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The present status of Liberal Commerce Education and Management


Focused Business Education: A study of the North Eastern Region of India
Jatindra Nath Saikia

Introduction: The status of Business Education of a country or of a region depends upon the business
activities that take place in the country or the region. More the amount of business activities that take place
in a region the better would be the status of business education in the region since business education needs
some practical exposures to create human resources for the business world. Though the history of business
education in India is not very long, India is one of the largest producers of MBAs at present. Every year
about 75,000 MBAs are produced in India apart from other degrees and diplomas relating to business
education. Because of the liberalization policy adopted by Indian Government since 1991 so far as the
business education market is concerned a large number of private business schools-foreign as well as
Indian- have been imparting business education in the country. It is noteworthy that the business education
of India has been following the American curricula and other pedagogical aspects in imparting business
education. However our discussion will remain incomplete if we do not examine the history of business
education in India.
History of Business Education in India: Business education was started in India as a vocational
course in order to meet the requirement of different lower grade jobs in business, industry and in different
government departments (Chattopadhya, 1987). As early as 1886, the first commercial school was setup in
Chennai by the Trustees of Pachiappa’s Charities (Mehrotra, 1987). The British government started a
school of commerce in Calicut (Kerela) in 1895. After that in 1903, commerce classes were started in the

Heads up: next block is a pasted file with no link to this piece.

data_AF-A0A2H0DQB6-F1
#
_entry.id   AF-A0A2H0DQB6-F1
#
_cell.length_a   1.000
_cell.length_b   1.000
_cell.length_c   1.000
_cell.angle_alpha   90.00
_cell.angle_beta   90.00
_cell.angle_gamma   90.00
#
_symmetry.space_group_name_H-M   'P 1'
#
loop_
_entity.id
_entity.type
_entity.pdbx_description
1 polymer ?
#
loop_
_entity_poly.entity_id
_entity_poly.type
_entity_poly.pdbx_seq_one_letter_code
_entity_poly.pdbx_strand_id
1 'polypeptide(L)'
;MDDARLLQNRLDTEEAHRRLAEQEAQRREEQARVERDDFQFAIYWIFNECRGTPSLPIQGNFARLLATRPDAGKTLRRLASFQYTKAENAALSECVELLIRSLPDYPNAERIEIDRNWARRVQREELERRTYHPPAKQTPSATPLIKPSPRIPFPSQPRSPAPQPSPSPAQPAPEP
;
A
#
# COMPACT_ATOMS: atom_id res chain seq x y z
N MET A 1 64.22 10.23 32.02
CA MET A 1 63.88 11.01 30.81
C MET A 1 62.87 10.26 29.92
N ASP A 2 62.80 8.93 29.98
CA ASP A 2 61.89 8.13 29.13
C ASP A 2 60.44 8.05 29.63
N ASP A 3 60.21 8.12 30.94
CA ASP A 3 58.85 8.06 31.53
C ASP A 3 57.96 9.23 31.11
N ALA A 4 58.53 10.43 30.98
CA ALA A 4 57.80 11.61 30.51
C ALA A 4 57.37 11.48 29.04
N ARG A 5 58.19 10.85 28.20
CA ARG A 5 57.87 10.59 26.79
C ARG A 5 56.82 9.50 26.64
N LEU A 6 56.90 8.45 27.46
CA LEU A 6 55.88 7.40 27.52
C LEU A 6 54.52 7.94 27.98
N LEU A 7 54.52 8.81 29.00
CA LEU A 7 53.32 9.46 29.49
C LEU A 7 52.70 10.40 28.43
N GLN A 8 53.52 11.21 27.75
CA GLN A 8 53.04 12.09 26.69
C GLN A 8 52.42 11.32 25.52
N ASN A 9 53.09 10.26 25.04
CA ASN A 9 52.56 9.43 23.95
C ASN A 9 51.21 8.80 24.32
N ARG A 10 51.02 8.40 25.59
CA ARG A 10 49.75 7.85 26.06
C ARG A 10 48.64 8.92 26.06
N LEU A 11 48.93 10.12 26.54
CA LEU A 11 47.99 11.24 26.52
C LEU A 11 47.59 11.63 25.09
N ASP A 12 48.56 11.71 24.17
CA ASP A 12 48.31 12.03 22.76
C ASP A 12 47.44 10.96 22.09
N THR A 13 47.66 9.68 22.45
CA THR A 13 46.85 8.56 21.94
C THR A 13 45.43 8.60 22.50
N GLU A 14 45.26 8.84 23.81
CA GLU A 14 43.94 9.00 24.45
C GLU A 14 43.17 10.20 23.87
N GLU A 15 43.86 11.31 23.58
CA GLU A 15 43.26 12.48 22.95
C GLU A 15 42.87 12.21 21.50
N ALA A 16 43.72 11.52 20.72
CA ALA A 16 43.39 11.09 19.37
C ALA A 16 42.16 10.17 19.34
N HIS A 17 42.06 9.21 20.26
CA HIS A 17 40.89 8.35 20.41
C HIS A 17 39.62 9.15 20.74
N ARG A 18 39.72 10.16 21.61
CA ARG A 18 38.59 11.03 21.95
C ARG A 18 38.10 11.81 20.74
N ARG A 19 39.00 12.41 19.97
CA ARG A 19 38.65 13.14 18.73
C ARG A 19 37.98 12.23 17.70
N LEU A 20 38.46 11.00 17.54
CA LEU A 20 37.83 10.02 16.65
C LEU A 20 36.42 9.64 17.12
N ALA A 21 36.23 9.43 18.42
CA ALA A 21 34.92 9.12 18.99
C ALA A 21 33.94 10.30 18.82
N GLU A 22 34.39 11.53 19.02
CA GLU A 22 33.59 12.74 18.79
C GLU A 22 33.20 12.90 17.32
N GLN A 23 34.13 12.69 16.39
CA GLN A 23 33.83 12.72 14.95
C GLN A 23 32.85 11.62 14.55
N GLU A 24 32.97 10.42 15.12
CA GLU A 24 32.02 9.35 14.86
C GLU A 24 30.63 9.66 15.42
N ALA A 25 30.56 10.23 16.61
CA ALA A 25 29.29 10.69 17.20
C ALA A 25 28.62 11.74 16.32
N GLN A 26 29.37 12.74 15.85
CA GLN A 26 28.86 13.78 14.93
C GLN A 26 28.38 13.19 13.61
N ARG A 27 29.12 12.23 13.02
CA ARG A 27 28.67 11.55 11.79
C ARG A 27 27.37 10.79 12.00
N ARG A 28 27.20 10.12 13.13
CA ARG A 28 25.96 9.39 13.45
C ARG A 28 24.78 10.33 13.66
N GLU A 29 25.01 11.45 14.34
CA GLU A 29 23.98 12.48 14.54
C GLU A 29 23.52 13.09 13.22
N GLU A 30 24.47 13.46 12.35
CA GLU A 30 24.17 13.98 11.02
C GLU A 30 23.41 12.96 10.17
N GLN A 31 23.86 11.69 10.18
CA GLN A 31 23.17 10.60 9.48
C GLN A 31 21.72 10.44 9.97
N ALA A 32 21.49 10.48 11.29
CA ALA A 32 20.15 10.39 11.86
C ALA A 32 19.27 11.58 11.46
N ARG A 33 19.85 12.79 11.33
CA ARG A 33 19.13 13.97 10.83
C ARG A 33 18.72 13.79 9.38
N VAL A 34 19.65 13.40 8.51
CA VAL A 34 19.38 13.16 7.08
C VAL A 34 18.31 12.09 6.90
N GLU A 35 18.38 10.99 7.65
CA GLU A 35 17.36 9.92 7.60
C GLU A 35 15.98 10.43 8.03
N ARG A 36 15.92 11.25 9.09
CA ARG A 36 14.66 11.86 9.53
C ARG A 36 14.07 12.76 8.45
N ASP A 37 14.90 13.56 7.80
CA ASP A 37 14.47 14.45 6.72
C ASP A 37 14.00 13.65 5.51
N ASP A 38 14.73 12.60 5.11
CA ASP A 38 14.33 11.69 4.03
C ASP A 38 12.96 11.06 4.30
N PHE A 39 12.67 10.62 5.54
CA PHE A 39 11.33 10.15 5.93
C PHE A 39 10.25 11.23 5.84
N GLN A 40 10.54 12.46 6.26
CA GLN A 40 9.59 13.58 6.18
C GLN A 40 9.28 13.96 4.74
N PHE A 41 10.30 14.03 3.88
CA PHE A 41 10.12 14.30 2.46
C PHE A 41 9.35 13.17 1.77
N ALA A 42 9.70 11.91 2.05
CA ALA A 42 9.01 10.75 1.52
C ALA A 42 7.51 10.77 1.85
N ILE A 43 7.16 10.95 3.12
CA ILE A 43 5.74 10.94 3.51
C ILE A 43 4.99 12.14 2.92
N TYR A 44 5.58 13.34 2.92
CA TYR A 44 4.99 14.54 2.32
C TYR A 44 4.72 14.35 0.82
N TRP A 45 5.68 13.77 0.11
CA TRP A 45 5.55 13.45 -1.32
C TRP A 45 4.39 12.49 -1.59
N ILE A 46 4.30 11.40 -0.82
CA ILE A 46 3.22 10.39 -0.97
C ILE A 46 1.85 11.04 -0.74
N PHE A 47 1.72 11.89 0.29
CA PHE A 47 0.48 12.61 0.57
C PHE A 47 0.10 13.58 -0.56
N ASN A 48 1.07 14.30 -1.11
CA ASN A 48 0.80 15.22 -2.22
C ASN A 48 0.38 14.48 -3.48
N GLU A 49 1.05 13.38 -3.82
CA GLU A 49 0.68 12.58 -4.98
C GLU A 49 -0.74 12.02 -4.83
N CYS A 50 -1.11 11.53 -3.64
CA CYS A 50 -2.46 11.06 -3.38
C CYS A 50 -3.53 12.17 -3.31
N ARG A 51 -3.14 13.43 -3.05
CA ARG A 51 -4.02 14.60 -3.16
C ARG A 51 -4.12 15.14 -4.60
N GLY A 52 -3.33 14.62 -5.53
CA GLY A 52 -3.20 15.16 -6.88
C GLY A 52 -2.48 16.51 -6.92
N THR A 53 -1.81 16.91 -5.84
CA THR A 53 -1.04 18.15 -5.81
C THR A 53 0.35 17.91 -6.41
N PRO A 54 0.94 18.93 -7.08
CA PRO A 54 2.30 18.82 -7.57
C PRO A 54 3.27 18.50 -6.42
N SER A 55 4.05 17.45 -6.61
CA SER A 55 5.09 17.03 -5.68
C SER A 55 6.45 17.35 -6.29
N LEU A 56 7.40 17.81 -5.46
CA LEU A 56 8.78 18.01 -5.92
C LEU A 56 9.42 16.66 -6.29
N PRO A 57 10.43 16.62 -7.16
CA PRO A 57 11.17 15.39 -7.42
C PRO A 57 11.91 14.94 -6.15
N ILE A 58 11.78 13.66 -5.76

Presidency College, Kolkata (Mehrotra, 1987). Different commercial institutions were set up in Mumbai
and Delhi between 1903 and 1912 which provided facilities to learn Type Writing, Short Hand, commercial
Correspondence and Business Method (Mehrotra, 1987). Commerce education received the status of formal
university level course after the establishment of Sydenham College of Commerce and Economics in
Mumbai in 1913.
Chattapadhya (1987) stated that the objectives of commerce courses remained unclear till
independence. After twelve years of independence the Indian National Government appointed the Special
Committee for Commerce Education under the chairmanship of Dr. V.K.R.V. Rao, then Director of the
Institute of economic Growth, Delhi in 1985. The committee emphasized mainly on three points so far as
Commerce education is concerned. Firstly, Commerce courses of different Universities had to provide the
infrastructure of professional education in Accountancy and cost accountancy etc. but also to pave the way
for specialization in different disciplines included in the courses. Secondly, Commerce education imparted
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by the universities was not to be regarded as the competitor of professional courses, its role was
complementary. Thirdly, commerce education and management education should be considered on discrete
plans.
From the Rao Committee’s recommendations, it has been revealed that no effort was made to
professionalize the commerce education rather it was regarded as the facilitator of different professional
courses. Most universities believed at that time that professional education conducted by the Indian
Institute of Chartered Accountants of India and the Institutes of Cost and Works Accountants of India were
equivalent to BCom only, not MCom. The special Committee for Commerce Education stressed that
students should study post graduate course of commerce for further academic pursuits as well as for
diversion into professional courses. That committee also emphasized that in MCom course the students